How to play
The casino game of Keno is similar to many offerings of the state lotteries. Using a Keno crayon you mark between 4 and 20 numbers on a card with a field of 80 numbers and then wait for the numbers to be drawn to see whether you win anything.
Casinos offer special Keno lounges for the playing of the game, though they also employ Keno runners who can accept your bets from any location on the premises. Results are shown on Keno boards around the casino. Though the odds of winning are poor compared to most other games, some players enjoy being able to relax in a Keno lounge for long periods, placing minimum bets and being catered to by cocktail waitresses.
Numbers on the Keno cards commonly have the nickname of 'Spots.' While today many Keno operations are conducted electronically, the majority of the Vegas Keno games still use numbered ping-pong balls blowing around in a big plastic bubble which are then sucked up into a 'goose,' a tube that admits one ball at a time.
There are six standard Keno bets
1) Straight Tickets, 2) Split Tickets, 3) Way Tickets, 4) Combination Tickets, 5) King Tickets and 6) Special Tickets.
Straight Tickets - This is the most common sort of Keno bet. You simply choose your spots on the Keno card and wait for the draw. Every casino has its own maximum total of numbers to bet. Most allow you to bet on between 1 and 15 spots but there are those that permit up to 40 numbers on a straight ticket.
You also have to decide how much you want to wager. The most frequently encountered minimum bet is $1. You have the option of playing multiples of the base rate. For instance, if you played $2 on a $1 ticket, your eventual winnings will be double the $1 payout rate.
Split Tickets - A split ticket allows you to play two or more games on the same Keno card field. From the field of 80 numbers you select two groups of numbers and then separate them with either circles or a line. If you wanted to bet $1 per group, your actual bet on a split ticket with 2 groups would be $2, which you mark in the appropriate space above the betting field.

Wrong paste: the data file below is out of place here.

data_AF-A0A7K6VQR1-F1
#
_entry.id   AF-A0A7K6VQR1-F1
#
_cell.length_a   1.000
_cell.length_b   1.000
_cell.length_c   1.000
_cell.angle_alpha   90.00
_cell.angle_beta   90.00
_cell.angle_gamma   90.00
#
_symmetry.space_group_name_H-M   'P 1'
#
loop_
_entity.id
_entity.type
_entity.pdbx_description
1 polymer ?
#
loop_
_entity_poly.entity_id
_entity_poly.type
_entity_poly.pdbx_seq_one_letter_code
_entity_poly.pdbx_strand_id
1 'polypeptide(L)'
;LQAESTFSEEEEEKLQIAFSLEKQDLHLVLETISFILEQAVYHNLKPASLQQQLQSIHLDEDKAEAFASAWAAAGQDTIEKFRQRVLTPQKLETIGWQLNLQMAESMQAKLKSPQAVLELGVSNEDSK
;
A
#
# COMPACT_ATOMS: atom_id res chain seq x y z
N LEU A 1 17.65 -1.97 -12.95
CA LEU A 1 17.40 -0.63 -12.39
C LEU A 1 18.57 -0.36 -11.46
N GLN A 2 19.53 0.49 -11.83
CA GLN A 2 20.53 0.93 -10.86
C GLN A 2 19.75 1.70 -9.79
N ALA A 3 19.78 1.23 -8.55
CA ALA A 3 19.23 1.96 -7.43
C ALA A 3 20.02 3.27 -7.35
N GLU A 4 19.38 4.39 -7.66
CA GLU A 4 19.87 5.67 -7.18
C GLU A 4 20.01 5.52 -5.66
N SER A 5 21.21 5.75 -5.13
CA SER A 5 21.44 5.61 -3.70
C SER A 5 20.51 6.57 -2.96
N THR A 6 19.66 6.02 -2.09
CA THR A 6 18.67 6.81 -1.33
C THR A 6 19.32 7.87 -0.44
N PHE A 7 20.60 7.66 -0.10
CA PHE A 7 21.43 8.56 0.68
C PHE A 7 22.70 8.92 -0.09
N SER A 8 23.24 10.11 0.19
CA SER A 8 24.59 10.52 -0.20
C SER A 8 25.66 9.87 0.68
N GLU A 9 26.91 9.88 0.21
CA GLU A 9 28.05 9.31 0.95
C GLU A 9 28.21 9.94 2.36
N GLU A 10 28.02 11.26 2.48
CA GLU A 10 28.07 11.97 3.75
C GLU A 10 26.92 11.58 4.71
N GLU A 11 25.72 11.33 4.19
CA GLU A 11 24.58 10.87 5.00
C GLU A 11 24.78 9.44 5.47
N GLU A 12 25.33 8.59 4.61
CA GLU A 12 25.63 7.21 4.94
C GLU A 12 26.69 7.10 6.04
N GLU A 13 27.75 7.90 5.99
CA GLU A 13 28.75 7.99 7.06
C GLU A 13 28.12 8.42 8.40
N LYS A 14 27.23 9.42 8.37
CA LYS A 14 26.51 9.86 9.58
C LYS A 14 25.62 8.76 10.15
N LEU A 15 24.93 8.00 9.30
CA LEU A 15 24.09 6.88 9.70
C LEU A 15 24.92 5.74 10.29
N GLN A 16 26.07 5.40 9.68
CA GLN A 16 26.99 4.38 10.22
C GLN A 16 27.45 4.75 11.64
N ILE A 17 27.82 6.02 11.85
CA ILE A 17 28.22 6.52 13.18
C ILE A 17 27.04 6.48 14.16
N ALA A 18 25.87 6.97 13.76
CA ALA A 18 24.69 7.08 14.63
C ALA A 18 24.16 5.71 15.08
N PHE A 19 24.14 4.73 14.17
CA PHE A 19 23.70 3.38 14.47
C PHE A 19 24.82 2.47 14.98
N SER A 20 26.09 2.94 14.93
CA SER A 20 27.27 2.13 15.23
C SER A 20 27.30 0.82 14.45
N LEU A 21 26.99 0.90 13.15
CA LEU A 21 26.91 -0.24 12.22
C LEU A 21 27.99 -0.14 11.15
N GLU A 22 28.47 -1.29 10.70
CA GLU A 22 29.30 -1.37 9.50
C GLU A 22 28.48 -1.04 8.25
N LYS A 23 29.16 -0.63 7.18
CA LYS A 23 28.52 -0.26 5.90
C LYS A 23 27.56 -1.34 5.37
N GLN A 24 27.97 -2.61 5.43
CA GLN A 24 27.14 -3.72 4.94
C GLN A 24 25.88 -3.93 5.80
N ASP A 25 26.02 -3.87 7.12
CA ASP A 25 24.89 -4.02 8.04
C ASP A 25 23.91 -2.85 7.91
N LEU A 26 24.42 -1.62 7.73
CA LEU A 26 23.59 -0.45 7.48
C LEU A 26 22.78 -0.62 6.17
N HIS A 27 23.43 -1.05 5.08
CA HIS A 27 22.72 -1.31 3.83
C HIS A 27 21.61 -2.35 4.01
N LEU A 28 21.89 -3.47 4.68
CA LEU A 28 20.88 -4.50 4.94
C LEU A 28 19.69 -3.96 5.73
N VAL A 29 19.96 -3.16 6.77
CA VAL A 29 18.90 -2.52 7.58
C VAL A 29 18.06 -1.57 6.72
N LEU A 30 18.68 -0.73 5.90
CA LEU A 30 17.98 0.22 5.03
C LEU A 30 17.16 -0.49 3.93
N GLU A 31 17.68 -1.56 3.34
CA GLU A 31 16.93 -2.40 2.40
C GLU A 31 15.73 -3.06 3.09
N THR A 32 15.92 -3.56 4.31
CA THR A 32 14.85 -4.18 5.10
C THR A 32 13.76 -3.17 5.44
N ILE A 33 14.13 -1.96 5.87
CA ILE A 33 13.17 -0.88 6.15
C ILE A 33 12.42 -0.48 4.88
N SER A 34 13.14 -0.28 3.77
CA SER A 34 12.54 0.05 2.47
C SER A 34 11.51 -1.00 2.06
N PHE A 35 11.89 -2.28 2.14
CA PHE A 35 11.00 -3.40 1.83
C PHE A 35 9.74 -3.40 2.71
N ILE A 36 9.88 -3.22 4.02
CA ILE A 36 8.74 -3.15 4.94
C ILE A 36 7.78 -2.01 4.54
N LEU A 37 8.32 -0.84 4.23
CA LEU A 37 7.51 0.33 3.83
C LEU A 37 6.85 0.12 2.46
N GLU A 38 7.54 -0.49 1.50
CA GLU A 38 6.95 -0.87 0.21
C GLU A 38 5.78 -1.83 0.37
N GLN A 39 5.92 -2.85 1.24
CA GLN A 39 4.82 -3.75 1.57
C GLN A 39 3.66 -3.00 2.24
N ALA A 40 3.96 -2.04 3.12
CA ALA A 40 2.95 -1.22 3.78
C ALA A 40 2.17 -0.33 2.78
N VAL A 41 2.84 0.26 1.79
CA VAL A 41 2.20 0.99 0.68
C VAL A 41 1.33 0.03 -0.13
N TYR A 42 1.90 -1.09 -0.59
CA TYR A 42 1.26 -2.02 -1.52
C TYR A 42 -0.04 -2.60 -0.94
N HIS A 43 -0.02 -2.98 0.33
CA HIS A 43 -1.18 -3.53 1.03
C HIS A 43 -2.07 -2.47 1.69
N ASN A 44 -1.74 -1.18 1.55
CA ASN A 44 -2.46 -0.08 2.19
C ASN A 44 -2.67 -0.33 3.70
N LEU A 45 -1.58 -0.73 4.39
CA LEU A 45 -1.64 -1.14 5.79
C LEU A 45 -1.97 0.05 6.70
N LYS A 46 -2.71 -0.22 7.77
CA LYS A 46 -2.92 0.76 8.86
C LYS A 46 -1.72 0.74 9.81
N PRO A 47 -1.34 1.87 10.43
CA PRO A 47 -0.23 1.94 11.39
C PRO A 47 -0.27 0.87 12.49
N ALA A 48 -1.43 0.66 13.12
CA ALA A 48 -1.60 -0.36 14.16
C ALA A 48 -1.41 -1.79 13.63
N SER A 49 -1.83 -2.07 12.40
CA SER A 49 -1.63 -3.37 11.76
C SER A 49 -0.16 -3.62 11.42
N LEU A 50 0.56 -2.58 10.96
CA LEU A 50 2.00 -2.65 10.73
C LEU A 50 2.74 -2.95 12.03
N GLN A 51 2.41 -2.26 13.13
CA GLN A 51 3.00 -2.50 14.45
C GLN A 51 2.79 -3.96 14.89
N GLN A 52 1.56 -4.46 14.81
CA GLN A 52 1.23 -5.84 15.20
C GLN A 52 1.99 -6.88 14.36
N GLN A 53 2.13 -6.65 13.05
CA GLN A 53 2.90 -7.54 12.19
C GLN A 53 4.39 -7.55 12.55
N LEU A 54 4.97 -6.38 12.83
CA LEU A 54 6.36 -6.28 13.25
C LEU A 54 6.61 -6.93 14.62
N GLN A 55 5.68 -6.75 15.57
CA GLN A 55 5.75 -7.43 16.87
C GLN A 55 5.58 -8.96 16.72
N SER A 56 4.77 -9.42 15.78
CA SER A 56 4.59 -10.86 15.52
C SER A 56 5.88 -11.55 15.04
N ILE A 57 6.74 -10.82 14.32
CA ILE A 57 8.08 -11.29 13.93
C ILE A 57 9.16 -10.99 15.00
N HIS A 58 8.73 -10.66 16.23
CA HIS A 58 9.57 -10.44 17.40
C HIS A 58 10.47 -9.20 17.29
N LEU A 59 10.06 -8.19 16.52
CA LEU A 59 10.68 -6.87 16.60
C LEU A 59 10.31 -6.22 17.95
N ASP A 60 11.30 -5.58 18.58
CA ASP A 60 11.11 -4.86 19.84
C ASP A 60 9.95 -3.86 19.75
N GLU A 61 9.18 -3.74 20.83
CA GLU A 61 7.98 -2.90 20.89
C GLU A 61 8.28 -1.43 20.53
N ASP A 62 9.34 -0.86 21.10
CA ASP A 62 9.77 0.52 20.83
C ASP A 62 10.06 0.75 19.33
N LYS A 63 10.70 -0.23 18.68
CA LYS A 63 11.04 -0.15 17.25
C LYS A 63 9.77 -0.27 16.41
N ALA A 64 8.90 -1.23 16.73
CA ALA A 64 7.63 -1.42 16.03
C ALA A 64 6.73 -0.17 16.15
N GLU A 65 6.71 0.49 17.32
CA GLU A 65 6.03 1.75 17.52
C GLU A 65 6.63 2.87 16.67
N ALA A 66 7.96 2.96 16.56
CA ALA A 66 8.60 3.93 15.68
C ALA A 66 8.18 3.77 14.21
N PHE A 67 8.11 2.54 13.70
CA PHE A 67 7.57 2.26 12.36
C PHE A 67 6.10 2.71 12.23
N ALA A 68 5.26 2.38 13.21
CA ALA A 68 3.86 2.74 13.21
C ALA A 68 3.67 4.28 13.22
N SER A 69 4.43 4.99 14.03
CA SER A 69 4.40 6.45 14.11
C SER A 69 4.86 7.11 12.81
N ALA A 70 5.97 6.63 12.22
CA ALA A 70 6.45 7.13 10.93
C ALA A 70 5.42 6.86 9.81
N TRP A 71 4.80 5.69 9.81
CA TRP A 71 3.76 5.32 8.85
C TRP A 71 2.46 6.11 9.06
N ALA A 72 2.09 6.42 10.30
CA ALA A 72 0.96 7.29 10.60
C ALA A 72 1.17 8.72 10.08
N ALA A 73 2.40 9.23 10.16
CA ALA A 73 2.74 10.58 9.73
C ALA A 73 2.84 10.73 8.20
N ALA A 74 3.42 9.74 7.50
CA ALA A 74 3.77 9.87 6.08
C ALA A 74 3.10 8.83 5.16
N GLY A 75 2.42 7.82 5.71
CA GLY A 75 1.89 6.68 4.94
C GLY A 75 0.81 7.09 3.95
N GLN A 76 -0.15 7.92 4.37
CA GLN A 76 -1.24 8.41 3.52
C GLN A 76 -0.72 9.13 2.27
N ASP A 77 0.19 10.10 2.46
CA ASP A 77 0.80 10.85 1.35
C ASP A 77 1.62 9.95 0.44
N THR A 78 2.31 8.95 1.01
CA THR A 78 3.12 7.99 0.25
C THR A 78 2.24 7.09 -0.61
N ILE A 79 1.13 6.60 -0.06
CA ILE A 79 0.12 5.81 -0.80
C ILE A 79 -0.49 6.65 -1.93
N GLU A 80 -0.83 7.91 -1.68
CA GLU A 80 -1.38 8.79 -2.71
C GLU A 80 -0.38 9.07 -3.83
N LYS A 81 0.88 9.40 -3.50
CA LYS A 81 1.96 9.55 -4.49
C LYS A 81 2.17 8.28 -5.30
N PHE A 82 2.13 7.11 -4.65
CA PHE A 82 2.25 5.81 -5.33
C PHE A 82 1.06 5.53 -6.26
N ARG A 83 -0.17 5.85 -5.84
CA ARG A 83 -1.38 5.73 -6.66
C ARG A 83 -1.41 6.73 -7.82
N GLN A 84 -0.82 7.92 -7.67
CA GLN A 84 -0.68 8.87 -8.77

Way Tickets - Way tickets allow you to bet on multiple groups of numbers in a single Keno card field. They can be a little complicated; you must decide how many different combinations of numbers from among the various groups you've selected you want to bet on, and then compute your bets according to fractions you place to the right of the betting field. For example, if you were betting on four combinations of 4 numbers, one of 12 numbers and three of 5 numbers, you would write the fractions 4/4 1/12 and 3/5 to the right of the betting field and then add the numerators 4 + 1 + 3 for a total of 8, meaning that if your unit bet was $1, you would be placing an $8 bet; you then write $8 in the appropriate space above the betting field. One thing that makes Way Tickets popular among those who master them is that many casinos allow for fractional rates, which is to say that you can play for as little as 10 cents per way.
Combination Tickets - A combination ticket permits you to combine groups of straight bets on one ticket in various manners. You wager one unit for each possible combination. Straight and way bets, for example, may be played on a single combination ticket. When betting groups of numbers you must clearly mark which groups you are wagering on to the right of the betting field.
King Tickets - King tickets are a variation on Way tickets. You still bet on groups of numbers, but you select at least one single number as a 'King.' Each King number is circled by itself; groups are circled as groups.
Special Tickets - Many casinos offer 'Special Tickets' which allow for varieties of particular bets with advantageous payout schemes. Special Tickets are generally used by casinos as promotional tools.